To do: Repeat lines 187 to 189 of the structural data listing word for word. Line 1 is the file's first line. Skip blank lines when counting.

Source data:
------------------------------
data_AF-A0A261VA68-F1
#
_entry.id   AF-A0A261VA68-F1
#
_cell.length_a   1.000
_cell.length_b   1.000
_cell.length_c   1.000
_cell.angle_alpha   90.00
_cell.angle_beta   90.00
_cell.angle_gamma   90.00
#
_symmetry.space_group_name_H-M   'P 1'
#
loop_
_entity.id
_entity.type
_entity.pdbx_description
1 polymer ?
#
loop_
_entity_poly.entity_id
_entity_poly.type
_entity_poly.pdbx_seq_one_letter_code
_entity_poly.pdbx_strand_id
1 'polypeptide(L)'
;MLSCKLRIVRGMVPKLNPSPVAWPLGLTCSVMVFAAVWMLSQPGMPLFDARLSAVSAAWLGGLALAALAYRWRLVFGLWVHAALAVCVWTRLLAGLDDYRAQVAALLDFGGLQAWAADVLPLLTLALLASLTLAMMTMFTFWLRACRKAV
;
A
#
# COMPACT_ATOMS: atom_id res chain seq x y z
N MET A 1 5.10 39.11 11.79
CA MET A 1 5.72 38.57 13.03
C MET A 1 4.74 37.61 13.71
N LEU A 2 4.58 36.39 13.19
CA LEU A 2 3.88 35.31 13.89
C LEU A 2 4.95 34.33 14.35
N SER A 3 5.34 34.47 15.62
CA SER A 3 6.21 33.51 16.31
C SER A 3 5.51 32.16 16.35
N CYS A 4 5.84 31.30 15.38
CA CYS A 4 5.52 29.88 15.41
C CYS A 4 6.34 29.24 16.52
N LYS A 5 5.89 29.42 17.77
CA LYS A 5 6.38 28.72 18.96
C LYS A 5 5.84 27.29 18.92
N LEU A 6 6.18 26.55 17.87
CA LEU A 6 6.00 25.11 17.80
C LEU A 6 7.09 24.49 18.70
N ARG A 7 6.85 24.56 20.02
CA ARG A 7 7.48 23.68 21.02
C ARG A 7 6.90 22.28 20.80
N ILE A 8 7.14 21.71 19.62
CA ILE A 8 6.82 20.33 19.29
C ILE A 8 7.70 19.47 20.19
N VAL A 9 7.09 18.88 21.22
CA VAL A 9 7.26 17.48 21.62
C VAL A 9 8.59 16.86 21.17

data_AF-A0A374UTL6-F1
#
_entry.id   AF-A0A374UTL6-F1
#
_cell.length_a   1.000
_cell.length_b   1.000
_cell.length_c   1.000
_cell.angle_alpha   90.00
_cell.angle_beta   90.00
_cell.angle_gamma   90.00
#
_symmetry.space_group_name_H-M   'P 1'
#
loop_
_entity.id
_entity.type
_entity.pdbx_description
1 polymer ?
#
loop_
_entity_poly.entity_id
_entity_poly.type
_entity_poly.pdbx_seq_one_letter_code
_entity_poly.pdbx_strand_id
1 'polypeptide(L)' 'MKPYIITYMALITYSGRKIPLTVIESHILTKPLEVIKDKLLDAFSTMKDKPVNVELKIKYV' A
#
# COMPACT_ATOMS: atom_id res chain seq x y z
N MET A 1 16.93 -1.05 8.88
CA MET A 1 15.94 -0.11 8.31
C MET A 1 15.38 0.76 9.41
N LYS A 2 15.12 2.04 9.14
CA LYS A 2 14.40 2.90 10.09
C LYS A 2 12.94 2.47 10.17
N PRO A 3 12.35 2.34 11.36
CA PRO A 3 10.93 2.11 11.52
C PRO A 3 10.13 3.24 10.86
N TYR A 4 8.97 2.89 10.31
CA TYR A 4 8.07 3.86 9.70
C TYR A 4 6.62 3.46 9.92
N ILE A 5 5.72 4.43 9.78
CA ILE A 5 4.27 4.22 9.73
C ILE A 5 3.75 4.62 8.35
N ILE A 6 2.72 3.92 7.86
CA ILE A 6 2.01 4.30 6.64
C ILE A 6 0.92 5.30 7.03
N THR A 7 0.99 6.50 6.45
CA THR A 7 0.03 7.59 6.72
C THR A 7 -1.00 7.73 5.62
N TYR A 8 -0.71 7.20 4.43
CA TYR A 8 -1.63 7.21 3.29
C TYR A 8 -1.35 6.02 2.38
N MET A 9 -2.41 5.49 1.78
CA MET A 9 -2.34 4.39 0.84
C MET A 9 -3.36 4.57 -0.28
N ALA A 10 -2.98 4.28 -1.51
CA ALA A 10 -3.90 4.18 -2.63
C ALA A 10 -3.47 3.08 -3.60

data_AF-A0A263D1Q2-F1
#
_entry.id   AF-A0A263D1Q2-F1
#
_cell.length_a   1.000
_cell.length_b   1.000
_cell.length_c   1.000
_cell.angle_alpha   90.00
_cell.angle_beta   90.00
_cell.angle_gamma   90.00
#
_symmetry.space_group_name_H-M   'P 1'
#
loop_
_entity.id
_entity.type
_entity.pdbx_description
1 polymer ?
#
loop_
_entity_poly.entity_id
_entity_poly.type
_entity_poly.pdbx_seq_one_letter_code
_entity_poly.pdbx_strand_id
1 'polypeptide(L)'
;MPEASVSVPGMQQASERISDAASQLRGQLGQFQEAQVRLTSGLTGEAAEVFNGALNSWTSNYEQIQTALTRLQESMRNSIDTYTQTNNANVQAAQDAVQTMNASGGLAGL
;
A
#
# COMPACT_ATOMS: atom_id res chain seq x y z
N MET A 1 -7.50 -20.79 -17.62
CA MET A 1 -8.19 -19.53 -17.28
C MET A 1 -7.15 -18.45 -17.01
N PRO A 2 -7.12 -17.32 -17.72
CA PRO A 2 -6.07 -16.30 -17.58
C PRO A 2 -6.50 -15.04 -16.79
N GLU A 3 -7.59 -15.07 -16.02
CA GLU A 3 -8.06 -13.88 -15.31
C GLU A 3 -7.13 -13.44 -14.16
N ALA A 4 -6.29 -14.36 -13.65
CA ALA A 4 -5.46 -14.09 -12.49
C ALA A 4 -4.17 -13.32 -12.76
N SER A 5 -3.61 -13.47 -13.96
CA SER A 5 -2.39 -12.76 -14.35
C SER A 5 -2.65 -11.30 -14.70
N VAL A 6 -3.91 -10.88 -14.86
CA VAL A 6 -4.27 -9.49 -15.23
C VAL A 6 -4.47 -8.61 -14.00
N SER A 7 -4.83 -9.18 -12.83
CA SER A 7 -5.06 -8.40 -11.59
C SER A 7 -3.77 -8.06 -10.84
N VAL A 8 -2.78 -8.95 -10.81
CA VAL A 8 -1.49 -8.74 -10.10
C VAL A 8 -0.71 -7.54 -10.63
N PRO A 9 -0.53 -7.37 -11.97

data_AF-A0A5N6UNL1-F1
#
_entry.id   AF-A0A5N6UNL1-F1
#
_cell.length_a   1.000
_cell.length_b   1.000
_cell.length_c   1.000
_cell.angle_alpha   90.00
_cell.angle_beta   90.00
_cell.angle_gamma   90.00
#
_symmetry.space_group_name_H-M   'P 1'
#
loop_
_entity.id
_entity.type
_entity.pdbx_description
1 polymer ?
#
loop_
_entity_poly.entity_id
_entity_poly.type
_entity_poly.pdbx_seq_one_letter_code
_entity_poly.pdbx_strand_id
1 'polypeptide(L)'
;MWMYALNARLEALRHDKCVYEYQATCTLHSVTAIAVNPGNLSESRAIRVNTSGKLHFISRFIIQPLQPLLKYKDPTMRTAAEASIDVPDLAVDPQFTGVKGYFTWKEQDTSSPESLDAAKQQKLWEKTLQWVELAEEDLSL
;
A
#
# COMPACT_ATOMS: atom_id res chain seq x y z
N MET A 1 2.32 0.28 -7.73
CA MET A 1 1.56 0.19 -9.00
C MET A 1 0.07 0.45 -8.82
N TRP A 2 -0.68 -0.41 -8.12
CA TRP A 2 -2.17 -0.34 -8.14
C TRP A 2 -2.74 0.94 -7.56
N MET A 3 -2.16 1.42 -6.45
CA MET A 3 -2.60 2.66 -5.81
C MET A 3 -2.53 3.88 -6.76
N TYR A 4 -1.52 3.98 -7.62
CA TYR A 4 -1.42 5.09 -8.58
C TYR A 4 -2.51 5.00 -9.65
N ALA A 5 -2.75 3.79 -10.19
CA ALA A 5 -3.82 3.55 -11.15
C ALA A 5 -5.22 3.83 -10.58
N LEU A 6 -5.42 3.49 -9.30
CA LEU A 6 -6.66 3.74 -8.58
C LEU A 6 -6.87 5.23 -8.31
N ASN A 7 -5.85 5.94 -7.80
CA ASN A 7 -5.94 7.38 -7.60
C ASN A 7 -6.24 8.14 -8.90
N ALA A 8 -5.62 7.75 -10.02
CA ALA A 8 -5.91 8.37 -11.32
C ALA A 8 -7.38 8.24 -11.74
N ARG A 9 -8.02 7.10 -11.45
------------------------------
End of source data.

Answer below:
1 polymer ?
#
loop_